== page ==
In the Mudd

Mandy Burgess

Opening April 27, the Mudd Gallery showcased the sculptural work of artist Summer Zickefoose in the show “Remaining Cloth,” a series of sixteen pieces that, at first glance, appear to be little more than a number of haphazardly hung dishcloths.
Upon closer inspection, the pieces lining the walls are revealed to be plaster-infused handmade cotton towels left to stiffen in the positions in which they were hung.
The sixteen pieces are aligned in a single row that follows the walls of the gallery. As Zickefoose says, “Their repetition suggests a series of repeated actions or days, a monotonous chore completed, but yet their changing forms defy that monotony.”
Each form is different in response to the manner in and emotion with which they were handled, allowing the towels to not only reference but also become “that frozen action or moment, captured in forms that would not last,” says Zickefoose.
Despite each towel’s presence as a discrete entity, they retain what Zickefoose calls “the residue of time,” the suggestions of the actions that led to the towel’s existence as it is currently seen.
In contemplating each piece, the viewer can speculate on the activity the towel may have been used for in addition to the manner in which it was hung, whether in care, haste or indifference. The hand is directly evident in the work, and in such a sense reflects the Abstract Expressionist notions of product recording process.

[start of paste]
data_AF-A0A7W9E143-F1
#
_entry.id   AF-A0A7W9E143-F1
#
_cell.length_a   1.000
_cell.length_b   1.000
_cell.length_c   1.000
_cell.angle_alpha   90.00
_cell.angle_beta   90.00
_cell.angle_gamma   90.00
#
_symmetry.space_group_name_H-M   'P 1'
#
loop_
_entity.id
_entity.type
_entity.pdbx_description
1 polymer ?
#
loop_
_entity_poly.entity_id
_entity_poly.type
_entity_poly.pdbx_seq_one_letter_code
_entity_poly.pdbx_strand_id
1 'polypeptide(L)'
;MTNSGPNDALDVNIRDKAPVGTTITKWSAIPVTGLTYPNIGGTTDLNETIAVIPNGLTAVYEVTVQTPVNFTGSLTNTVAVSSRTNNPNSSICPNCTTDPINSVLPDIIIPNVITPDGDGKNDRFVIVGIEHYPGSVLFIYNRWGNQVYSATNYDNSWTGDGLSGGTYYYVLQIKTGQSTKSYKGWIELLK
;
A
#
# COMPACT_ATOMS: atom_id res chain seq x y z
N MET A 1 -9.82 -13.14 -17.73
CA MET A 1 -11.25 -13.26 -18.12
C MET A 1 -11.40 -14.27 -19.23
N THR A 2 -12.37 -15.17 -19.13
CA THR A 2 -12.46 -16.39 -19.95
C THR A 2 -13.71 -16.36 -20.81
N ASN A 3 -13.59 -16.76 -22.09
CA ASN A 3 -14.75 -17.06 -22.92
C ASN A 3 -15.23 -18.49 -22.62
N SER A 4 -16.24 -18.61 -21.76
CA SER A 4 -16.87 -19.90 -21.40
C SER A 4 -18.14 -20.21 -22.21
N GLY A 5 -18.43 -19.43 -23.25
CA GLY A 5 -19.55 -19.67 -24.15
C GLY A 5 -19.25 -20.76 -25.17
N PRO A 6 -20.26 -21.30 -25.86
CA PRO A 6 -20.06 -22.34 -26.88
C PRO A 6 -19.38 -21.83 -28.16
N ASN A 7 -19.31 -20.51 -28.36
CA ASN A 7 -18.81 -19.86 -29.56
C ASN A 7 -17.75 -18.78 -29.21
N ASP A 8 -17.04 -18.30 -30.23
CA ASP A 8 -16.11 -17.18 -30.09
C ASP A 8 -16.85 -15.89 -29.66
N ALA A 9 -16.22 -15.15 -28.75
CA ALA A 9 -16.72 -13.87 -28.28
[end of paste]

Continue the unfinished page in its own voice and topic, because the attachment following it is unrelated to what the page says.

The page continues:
Rather than the abstraction of Pollock or de Kooning’s paintings, however, Zickefoose’s pieces conjure up many more personally identifiable images and associations. Viewers are immediately struck by the domestic connotations the pieces hold, augmenting the seemingly commonplace objects with a rich background created, in part, by the individual’s own experience.
Zickefoose has made a habit of accentuating the ordinary and elevating its status by infusing it with new meaning. She says that she might “transform an object, such as a wooden spoon into a porcelain spoon, to add a different perspective to how that spoon may be used.” Taking household objects from the commonplace to the realm of the precious enriches it with new meaning, purpose and consideration, and at the same time causes the viewer to reimagine and reexperience the past.
The pieces’ success lies in that they are indicative of the commonplace but speak to the greater content of shared human experience, both able to be disregarded as mass-produced objects but also able to be appreciated as something familiar. It is inherently dangerous to work with a subject that can be overlooked by the undiscerning, as there is often a fine line between the ability to see subtle works as something more or less than they immediately appear.
Zickefoose cites the familiarity of and common experience involved in the subject matter as a likely reason for the theft of one of her pieces, which marred the success of the show and caused its early closing.